As for Bang for buck, once a user has become competent and grasps the full capabilities of a piece of hardware it's easier to see shortcomings in the implementation or areas where implementation could be better as I will now go on about for a few paragraphs-

Building drum racks from the Push2 is easy if you are only loading a bunch of samples and presets that already exist in your library, but if you want to sample into simplers then it becomes tedious. At present I am using Maschine as an FX plugin on a dedicated sampling track, trimming and truncating etc. in Maschine then saving the sample into my Live User Library then loading it into a drum rack.

The ability to add another device before simpler, to initially sample, trim, truncate, apply operations such as fade in/out, reverse, alter sample & bit rates etc needs to be simplified, maybe a dedicated sampling track or sampling browser option that immediately lets you select a hardware input/internal track/master etc, once sampled, trimmed and ready to save hit enter on push and then the push lets you save it where you want in your library, and invokes the below additional feature-

Another feature request would be to implement a keyboard mode on the Push2 controller so that we could then type in filenames for samples and presets when saving them. The ability to type alphanumeric keys with the push, say for example holding 'shift' + 'enter' then pressing 'layout' to make the 64 pads become a keyboard with lowercase and numbers, holding shift lets you access uppercase and symbols, then 'shift' + 'enter' then pressing 'layout' exits keyboard mode.

This would result in faster creation of user library materials, so on days where all your melodic ideas sound like trash at least you could make some sounds and save them for later, with minimal PC operation.

Other improvements I would request:

A more developed Arranger / Linear sequencer mode, perhaps a song section/marker track that shows up on the Push2 display making transport navigation better using the touch strip for scrubbing / shuttling

A chord scale change mode on the 64 pads, you can select a key with the top 2 rows + oct up & down, Select a mode with the next 2 rows, the bottom 4 rows to store 14 presets of key & modes selected from above, with one dedicated scale change pad to invoke the selected key & scale and the last one to return to the previous key/scale.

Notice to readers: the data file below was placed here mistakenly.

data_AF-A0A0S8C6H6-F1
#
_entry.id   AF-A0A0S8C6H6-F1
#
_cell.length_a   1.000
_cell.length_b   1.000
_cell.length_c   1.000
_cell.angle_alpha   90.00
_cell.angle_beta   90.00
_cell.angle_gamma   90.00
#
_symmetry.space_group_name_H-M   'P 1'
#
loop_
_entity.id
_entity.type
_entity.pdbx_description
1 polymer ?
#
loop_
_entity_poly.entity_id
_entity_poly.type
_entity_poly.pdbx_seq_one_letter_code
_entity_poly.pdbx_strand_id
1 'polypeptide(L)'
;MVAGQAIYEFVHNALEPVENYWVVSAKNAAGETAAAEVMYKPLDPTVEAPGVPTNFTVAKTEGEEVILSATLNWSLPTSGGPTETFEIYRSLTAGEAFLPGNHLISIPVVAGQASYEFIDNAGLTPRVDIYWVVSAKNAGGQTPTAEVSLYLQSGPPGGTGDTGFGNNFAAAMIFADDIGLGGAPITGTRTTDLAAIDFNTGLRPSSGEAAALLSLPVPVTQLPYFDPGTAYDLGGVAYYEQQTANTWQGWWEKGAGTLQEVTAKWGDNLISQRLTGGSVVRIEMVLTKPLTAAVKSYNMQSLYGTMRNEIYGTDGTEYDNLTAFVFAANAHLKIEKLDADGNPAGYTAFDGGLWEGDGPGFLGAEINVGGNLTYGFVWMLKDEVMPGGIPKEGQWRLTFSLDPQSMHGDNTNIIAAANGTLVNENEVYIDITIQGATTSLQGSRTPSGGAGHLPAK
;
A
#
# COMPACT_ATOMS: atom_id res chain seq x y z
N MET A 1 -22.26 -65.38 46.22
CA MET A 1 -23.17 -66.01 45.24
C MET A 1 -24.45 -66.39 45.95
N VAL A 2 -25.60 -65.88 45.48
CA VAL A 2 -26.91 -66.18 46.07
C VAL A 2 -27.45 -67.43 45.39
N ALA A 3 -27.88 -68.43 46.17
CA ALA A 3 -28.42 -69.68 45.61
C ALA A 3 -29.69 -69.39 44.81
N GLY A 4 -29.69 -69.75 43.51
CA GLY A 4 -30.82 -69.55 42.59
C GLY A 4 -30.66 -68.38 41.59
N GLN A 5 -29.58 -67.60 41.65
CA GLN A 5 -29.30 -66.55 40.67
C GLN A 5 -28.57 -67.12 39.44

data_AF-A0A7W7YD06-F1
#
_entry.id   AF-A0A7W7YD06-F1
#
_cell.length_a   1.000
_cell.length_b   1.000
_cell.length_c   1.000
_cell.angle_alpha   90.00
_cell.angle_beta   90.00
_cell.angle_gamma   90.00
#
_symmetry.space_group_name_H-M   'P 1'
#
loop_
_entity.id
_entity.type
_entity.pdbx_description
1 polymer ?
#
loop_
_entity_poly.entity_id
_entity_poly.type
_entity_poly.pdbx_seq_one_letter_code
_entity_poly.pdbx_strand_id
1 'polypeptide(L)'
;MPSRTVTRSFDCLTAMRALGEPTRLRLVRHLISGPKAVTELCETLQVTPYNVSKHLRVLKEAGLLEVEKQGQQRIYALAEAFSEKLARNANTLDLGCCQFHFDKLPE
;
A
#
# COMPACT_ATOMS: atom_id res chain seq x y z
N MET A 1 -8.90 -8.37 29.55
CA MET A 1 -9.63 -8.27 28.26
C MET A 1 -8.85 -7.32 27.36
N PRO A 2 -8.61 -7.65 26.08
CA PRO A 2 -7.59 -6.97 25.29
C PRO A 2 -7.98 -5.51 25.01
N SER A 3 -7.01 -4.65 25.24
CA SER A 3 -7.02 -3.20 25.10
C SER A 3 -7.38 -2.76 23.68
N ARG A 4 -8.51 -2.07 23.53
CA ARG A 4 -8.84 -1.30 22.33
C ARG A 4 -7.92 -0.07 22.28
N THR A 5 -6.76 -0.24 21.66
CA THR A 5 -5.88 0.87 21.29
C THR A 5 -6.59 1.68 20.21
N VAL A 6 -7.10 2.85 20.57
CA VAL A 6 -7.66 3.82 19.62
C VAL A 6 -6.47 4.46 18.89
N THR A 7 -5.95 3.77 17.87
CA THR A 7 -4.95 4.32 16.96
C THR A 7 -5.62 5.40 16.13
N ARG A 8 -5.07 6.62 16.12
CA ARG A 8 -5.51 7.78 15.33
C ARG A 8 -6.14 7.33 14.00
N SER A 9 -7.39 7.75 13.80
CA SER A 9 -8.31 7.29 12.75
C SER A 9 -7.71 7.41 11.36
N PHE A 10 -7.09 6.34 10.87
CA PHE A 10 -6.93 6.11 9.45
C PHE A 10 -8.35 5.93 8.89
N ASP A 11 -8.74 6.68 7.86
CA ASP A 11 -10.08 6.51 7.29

Ableton has done well with the Push2 and I truly hope they keep improving it, as it could one day be the perfect composition controller handling all navigation. As I see it, the Push 2 is the most integrated feeling controller for composition and navigation purposes.

Though the implementation of features and functions are not very obvious to the user initially, their key combos remind me of using Elektron Gear equipment, which is not a bad thing, Elektron are the masters of making as much use of minimal buttons to do the most things an any hardware I've ever used and they're interfaces are fast. Ableton taking the same approach only makes sense.

After purchasing the Push2, it will be immediately be usable for basic session control and clip creation but to dig into all the aspects you will need to spend the time to learn how to use it by watching the videos on ableton's youtube channel to learn all the functions, once you learn them and they become muscle memory you can move around really fast and not feel like your even using a computer to make music, it starts to feel like an instrument which I gather is the whole point of the Push hardware.

The Push2 is a very good buy now that it's slightly cheaper than when I initially purchased mine, it does more than it used to and enables a real alternative approach to composition if your coming from more linear DAWs like Cubase/Pro-Tools/Studio-One etc.

  • 1